Compared to normal sleep restriction of sleep (4.25 hours of sleep) resulted in 80% higher concentrations of 2-AG (2-arachidonoylglycerol) in blood plasma of 16 healthy men 1.5 hours after awakening. The endocannabinoid level also increased after exercise (ergometer cycling).
Department of Neuroscience, Uppsala University, Sweden.
Cedernaes J, et al. Psychoneuroendocrinology. 2016;74:258-268.

Science/Human: No effect of THC on pain in patients with abdominal pain in controlled clinical study
In a study with 65 patients with chronic abdominal pain THC given as a tablet up to 3x 8mg daily or a placebo for 50-52 days there was no significant difference between THC and placebo in their effect on pain scores.
Radboud University Medical Center, Nijmegen, The Netherlands.
de Vries M, et al. Clin Gastroenterol Hepatol. 2016 Oct 5. [In press]

Science/Human: The stress response in patients with posttraumatic stress disorder and alcohol dependence is modulated by genetic variants of FAAH
In 49 patients with posttraumatic stress disorder and alcohol dependence their response to stress depended on the genetic variants of FAAH (fatty acid amide hydrolase), which is responsible for the degradation of the endocannabinoid anandamide. Authors concluded that “these findings point to the eCB pathway as a promising target for future antistress therapeutics.”
National Institute on Alcohol Abuse and Alcoholism, NIH, Bethesda, Maryland, USA.
Spagnolo PA, et al. Alcohol Clin Exp Res. 2016 Sep 26. [In press]

Science/Animal: CBD may alleviate the behavioural effects of THC
In a study with six monkeys CBD, which was given at the same dose of THC, had no effects on certain behavioural patterns caused by THC. If CBD was given in a three-fold higher dose it attenuated the THC effects.
Preclinical Pharmacology Laboratory, Northeastern University, USA.
Jacobs DS, et al. Exp Clin Psychopharmacol. 2016;24(5):320-330.

Science/Animal: CBD may be useful in Parkinson’s disease and tardive dyskinesia
Repeated administration of reserpine in rodents induces motor impairments that are accompanied by cognitive deficits, and has been applied to model both tardive dyskinesia and Parkinson's disease. CBD (0.5 and 5 mg/kg) attenuated the increase in catalepsy behaviour and in oral movements in rats induced by reserpine. CBD (0.5 mg/kg) also ameliorated the reserpine-induced memory deficit. Authors wrote that CBD may be useful in the “pharmacotherapy of Parkinson's disease and tardive dyskinesia.”
Department of Psychiatry, Federal University of São Paulo, Brazil.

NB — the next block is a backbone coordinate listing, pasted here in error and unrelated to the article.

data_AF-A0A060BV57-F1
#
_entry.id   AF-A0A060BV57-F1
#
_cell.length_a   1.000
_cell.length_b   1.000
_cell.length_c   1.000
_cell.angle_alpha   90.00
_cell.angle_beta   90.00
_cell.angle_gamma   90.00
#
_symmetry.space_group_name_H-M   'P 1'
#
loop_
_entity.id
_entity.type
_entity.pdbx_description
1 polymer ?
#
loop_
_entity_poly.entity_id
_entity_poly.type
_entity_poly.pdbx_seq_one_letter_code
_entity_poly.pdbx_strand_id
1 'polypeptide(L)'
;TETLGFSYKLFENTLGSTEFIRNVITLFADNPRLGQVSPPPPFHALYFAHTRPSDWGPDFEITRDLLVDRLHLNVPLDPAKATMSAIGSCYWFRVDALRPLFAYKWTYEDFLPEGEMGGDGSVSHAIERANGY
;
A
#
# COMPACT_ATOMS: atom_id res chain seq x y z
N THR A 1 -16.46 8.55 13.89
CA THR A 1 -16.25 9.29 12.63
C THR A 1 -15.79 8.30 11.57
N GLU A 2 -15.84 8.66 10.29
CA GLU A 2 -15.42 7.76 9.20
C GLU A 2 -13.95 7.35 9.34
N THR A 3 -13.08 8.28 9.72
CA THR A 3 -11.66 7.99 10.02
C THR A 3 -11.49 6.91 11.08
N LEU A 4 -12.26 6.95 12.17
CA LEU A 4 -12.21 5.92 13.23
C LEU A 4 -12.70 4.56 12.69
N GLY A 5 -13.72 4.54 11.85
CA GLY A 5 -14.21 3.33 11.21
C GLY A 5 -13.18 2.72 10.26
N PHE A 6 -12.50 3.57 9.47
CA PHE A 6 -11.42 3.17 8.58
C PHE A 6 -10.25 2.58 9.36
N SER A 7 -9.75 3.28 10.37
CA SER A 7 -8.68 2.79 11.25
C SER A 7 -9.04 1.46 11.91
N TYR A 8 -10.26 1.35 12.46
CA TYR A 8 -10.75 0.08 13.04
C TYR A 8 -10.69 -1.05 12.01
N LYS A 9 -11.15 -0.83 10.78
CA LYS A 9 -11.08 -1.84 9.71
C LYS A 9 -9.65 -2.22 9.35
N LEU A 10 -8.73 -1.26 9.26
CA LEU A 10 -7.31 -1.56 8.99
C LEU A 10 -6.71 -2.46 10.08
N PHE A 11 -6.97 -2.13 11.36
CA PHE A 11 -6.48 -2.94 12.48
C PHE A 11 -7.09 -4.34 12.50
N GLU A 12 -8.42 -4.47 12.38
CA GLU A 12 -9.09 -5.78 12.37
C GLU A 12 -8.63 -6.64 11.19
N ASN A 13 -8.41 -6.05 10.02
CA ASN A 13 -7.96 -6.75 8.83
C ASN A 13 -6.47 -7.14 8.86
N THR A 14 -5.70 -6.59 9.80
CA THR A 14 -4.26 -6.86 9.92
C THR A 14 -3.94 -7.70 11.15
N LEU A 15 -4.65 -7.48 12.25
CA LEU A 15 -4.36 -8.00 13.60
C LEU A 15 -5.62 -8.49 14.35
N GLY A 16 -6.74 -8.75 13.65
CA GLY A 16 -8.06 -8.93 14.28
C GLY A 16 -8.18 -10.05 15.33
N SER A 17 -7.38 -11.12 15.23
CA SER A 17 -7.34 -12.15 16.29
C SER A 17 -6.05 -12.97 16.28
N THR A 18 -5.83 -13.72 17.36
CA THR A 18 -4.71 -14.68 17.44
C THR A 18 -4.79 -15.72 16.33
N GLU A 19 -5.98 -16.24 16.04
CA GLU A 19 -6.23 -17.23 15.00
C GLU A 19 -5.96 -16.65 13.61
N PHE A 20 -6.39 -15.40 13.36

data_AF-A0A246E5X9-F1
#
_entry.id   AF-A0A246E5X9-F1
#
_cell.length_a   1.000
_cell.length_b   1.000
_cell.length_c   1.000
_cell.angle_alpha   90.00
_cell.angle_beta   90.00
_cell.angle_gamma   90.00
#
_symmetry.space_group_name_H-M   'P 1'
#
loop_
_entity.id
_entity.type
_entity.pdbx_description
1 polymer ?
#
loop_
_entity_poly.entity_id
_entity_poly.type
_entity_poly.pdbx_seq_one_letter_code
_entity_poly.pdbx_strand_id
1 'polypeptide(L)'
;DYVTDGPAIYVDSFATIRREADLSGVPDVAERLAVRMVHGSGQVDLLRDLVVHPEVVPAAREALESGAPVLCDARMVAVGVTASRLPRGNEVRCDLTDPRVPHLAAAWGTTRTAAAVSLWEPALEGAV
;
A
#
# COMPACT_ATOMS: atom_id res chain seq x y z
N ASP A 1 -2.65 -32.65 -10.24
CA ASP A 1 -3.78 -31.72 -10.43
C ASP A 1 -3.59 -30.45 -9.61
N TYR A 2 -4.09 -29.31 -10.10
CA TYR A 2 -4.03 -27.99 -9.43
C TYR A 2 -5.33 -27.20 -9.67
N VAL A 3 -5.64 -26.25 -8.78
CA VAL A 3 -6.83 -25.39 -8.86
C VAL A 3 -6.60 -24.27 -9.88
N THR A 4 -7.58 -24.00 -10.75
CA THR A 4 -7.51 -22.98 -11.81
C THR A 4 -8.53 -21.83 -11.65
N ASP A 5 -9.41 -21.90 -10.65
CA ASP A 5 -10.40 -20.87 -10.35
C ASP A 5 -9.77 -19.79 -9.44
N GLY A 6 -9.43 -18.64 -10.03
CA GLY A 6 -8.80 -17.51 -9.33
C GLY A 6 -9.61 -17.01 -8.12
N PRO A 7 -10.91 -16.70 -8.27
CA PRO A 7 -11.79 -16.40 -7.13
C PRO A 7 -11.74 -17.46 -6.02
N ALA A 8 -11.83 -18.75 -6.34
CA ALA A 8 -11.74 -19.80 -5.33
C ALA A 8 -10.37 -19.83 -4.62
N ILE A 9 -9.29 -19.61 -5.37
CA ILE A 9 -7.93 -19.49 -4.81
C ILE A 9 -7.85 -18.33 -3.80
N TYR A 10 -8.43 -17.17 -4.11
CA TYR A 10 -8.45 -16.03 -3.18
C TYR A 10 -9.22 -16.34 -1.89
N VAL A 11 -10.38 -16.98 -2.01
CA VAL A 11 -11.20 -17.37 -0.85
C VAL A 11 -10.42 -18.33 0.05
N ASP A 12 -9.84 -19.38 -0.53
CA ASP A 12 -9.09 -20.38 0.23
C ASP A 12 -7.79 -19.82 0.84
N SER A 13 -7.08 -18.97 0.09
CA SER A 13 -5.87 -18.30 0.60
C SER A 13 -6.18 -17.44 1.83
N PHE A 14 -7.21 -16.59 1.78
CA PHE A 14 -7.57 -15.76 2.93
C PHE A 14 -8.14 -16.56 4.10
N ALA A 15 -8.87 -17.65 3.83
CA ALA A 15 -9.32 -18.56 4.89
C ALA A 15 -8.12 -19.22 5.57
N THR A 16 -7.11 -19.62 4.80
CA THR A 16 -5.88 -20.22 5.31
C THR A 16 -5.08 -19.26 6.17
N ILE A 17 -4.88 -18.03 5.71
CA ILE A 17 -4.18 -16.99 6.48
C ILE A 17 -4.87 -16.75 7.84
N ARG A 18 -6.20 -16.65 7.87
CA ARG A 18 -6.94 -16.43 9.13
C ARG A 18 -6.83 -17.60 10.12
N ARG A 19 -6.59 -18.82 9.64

Peres FF, et al. Front Pharmacol. 2016;7:343

Science/Animal: Palmitoylethanolamide reduces itching and other features of contact allergic dermatitis
Palmitoylethanolamide (PEA) was injected into mice with contact allergic dermatitis. The treatment reduced the number of ear scratching, infiltration by mast cells and other features of this allergy.
Department of Pharmacy, University of Naples Federico II, Italy.
Vaia M, et al. EUR J Pharmacol. 2016 Oct 5. [In press]

Science/Animal: The endocannabinoid system is altered in spinocerebellar ataxia type-3
In a mouse model of spinocerebellar ataxia type-3 (SCA-3) the endocannabinoid system was dysregulated “suggesting that a pharmacological manipulation addressed to correct these changes could be a promising option in SCA-3.”
Facultad de Medicina, Universidad Complutense, Madrid, Spain.
Rodríguez-Cueto C, et al. Neuroscience. 2016 Oct 4. [In press]

Science/Animal: Activation of the CB2-receptor may be useful in the treatment of complex regional pain syndrome type 1
Complex regional pain syndrome type 1 (CRPS-I) remains one of the most clinically challenging neuropathic pain syndromes. In a rat model of CRPS-1 a synthetic cannabinoid (MDA7), which selectively activates the CB2-receptor, reduced pain and inflammation in this syndrome.
Department of Pain Management, Cleveland Clinic, USA.
Xu J, et al. EUR J Neurosci. 2016 Sep 26. [In press]

Science/Cells: Cannabidiol modulates genes linked with amyotrophic lateral sclerosis
Using human cells researchers demonstrated that cannabidiol (CBD) considerable changed the expression of genes connected with the pathology of amyotrophic lateral sclerosis, oxidative stress, mitochondrial dysfunction, and excitotoxicity.
IRCCS Centro Neurolesi "Bonino-Pulejo", Messina, Italy.
Soundara Rajan T, et al. J Cell Biochem. 2016 Oct 7. [In press]

Science/Animal: CBD may improve brain damage up to 18 hours after the insult
In new-born mice, which experienced brain damage from reduced blood supply, CBD was beneficial up to 18 hours after the insult. Authors wrote that the therapeutic time window for neuroprotective treatment with CBD was broader than previously reported.
Hospital Clínico San Carlos - IdISSC, Madrid, Spain.
Mohammed N, et al. CNS Neurol Disord Drug Targets. 2016 Sep 27. [In press]

Science/Human: Cannabiniods may prevent chemotherapy-induced diarrhoea
In a study with rats diarrhoea, which was induced by the chemotherapeutic agent 5-fluoruracil, was prevented by a synthetic cannabinoid (WIN 55,212-2).
Facultad de Ciencias de la Salud, Universidad Rey Juan Carlos, Madrid, Spain.
Abalo R, et al. Neurogastroenterol Motil. 2016 Sep 30. [In press]

A glimpse @ the past

One year ago

Two years ago

[Back to Overwiew]  [IACM Homepage]


up

IACM on Twitter

Follow us on twitter @IACM_Bulletin where you can send us inquiries and receive updates on research studies and news articles.